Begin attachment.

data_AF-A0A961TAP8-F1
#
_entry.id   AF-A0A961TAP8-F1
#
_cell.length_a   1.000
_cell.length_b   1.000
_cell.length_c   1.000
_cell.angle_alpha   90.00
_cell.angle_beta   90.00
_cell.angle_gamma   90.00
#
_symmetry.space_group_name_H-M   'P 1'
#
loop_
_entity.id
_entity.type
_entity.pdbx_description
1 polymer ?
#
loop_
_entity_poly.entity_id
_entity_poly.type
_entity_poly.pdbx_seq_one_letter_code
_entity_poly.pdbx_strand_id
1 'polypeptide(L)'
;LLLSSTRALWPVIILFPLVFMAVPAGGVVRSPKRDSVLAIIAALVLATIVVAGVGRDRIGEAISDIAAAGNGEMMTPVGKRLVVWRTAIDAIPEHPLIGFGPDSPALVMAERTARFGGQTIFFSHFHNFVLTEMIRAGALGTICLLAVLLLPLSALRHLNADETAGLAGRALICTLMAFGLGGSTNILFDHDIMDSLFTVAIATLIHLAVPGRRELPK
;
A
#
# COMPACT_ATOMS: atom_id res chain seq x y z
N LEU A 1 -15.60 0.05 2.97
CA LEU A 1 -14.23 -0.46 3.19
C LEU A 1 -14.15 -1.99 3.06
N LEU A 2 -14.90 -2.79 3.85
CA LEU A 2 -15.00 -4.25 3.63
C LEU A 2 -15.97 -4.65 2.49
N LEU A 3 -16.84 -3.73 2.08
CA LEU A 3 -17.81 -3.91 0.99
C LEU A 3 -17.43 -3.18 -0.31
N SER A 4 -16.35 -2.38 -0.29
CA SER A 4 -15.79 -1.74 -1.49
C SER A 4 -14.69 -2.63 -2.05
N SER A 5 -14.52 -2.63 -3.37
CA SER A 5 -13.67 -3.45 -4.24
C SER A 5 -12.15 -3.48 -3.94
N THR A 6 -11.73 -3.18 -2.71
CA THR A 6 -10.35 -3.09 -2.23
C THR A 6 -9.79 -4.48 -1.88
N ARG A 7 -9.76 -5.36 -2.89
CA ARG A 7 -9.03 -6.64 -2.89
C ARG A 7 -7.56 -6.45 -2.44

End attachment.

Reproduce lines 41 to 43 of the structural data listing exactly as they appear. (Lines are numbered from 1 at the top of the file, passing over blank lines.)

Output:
CA SER A 4 -15.79 -1.74 -1.49
C SER A 4 -14.69 -2.63 -2.05
N SER A 5 -14.52 -2.63 -3.37